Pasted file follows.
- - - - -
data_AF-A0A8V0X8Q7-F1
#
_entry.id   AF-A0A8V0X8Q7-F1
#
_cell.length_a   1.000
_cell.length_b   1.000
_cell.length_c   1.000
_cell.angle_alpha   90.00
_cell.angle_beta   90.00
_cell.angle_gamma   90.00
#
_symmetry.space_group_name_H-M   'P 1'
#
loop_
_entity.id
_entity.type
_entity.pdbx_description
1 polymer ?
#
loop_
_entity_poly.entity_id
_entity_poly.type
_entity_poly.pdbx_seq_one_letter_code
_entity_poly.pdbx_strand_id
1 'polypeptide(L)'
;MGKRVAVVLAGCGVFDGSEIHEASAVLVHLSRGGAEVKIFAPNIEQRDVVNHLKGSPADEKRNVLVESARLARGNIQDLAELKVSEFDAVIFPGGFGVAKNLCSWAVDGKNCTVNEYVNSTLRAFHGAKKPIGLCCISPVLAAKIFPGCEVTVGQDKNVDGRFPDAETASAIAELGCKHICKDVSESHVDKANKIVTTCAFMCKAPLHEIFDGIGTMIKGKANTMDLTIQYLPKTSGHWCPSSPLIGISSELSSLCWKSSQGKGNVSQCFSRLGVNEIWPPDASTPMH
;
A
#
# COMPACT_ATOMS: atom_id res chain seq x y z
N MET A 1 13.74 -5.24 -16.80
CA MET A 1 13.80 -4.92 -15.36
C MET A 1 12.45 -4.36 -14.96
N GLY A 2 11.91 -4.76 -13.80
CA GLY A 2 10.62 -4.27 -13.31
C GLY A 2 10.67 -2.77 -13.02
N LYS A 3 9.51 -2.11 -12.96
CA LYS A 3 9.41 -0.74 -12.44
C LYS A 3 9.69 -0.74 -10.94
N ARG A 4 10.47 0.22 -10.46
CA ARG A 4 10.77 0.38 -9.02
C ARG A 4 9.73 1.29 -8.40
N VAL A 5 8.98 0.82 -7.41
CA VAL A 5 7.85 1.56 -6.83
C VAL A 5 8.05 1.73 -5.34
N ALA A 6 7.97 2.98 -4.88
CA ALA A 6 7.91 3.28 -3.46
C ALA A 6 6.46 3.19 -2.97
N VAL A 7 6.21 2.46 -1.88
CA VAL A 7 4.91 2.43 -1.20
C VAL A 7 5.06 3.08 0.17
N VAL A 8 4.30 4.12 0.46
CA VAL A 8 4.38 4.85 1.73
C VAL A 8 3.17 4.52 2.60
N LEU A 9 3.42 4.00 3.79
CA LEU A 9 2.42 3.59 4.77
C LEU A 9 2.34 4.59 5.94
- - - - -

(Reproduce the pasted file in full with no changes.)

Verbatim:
data_AF-A0A8V0X8Q7-F1
#
_entry.id   AF-A0A8V0X8Q7-F1
#
_cell.length_a   1.000
_cell.length_b   1.000
_cell.length_c   1.000
_cell.angle_alpha   90.00
_cell.angle_beta   90.00
_cell.angle_gamma   90.00
#
_symmetry.space_group_name_H-M   'P 1'
#
loop_
_entity.id
_entity.type
_entity.pdbx_description
1 polymer ?
#
loop_
_entity_poly.entity_id
_entity_poly.type
_entity_poly.pdbx_seq_one_letter_code
_entity_poly.pdbx_strand_id
1 'polypeptide(L)'
;MGKRVAVVLAGCGVFDGSEIHEASAVLVHLSRGGAEVKIFAPNIEQRDVVNHLKGSPADEKRNVLVESARLARGNIQDLAELKVSEFDAVIFPGGFGVAKNLCSWAVDGKNCTVNEYVNSTLRAFHGAKKPIGLCCISPVLAAKIFPGCEVTVGQDKNVDGRFPDAETASAIAELGCKHICKDVSESHVDKANKIVTTCAFMCKAPLHEIFDGIGTMIKGKANTMDLTIQYLPKTSGHWCPSSPLIGISSELSSLCWKSSQGKGNVSQCFSRLGVNEIWPPDASTPMH
;
A
#
# COMPACT_ATOMS: atom_id res chain seq x y z
N MET A 1 13.74 -5.24 -16.80
CA MET A 1 13.80 -4.92 -15.36
C MET A 1 12.45 -4.36 -14.96
N GLY A 2 11.91 -4.76 -13.80
CA GLY A 2 10.62 -4.27 -13.31
C GLY A 2 10.67 -2.77 -13.02
N LYS A 3 9.51 -2.11 -12.96
CA LYS A 3 9.41 -0.74 -12.44
C LYS A 3 9.69 -0.74 -10.94
N ARG A 4 10.47 0.22 -10.46
CA ARG A 4 10.77 0.38 -9.02
C ARG A 4 9.73 1.29 -8.40
N VAL A 5 8.98 0.82 -7.41
CA VAL A 5 7.85 1.56 -6.83
C VAL A 5 8.05 1.73 -5.34
N ALA A 6 7.97 2.98 -4.88
CA ALA A 6 7.91 3.28 -3.46
C ALA A 6 6.46 3.19 -2.97
N VAL A 7 6.21 2.46 -1.88
CA VAL A 7 4.91 2.43 -1.20
C VAL A 7 5.06 3.08 0.17
N VAL A 8 4.30 4.12 0.46
CA VAL A 8 4.38 4.85 1.73
C VAL A 8 3.17 4.52 2.60
N LEU A 9 3.42 4.00 3.79
CA LEU A 9 2.42 3.59 4.77
C LEU A 9 2.34 4.59 5.94